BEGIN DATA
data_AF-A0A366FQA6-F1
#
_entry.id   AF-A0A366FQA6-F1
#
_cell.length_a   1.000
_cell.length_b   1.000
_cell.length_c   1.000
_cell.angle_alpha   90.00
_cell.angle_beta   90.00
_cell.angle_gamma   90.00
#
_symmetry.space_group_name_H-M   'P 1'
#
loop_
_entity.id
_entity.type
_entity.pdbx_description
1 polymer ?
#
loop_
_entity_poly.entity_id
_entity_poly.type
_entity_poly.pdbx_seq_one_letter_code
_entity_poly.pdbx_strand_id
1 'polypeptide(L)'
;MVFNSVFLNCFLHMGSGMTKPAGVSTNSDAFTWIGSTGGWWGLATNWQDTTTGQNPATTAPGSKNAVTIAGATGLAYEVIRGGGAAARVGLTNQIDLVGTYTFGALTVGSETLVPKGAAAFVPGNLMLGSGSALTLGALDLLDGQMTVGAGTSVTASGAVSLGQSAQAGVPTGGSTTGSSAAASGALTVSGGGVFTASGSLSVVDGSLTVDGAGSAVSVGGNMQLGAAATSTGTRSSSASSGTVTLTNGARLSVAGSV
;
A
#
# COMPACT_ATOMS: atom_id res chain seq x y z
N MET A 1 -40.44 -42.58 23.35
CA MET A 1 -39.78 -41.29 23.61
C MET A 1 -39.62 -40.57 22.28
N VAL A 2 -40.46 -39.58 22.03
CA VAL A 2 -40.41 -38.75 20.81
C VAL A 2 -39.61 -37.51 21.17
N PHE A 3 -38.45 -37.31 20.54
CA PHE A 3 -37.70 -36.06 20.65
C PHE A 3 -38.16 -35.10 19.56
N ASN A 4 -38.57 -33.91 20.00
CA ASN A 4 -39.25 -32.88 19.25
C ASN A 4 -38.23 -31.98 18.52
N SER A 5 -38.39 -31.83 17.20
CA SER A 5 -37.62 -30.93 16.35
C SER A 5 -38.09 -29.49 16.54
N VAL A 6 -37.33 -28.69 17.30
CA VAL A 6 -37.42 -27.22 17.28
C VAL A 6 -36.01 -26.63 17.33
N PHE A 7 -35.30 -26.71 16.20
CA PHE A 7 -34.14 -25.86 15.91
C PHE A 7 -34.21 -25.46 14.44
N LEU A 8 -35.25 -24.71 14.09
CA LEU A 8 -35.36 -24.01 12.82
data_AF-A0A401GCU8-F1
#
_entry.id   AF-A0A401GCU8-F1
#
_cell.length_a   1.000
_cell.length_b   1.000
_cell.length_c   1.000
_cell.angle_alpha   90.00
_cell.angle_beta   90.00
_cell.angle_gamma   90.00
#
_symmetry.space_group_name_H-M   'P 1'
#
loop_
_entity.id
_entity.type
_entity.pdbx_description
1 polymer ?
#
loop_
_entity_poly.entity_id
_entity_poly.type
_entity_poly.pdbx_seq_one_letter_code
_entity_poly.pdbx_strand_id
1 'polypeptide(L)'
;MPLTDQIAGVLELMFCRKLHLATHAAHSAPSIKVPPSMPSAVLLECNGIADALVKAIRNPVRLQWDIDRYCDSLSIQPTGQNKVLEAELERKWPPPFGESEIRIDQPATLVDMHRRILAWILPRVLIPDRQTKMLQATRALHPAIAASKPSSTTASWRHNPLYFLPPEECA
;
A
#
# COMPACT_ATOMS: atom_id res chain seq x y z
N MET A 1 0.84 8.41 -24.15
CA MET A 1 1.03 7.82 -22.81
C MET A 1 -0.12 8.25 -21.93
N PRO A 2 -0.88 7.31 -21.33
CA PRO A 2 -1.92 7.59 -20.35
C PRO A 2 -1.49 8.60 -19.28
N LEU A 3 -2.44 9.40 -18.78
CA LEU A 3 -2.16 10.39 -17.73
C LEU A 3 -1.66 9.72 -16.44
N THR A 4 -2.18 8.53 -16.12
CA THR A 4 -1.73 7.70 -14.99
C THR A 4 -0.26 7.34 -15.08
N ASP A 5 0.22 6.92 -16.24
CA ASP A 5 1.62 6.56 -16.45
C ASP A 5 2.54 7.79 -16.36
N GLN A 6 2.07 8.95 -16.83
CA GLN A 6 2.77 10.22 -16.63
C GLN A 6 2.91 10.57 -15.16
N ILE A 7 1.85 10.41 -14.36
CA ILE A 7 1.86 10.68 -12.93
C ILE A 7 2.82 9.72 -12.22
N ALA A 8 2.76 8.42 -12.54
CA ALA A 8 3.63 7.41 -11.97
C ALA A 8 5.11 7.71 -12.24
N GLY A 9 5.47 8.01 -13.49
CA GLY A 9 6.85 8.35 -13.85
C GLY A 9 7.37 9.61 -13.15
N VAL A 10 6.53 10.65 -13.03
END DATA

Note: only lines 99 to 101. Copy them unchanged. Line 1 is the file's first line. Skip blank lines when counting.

N GLN A 6 2.07 8.95 -16.83
CA GLN A 6 2.77 10.22 -16.63
C GLN A 6 2.91 10.57 -15.16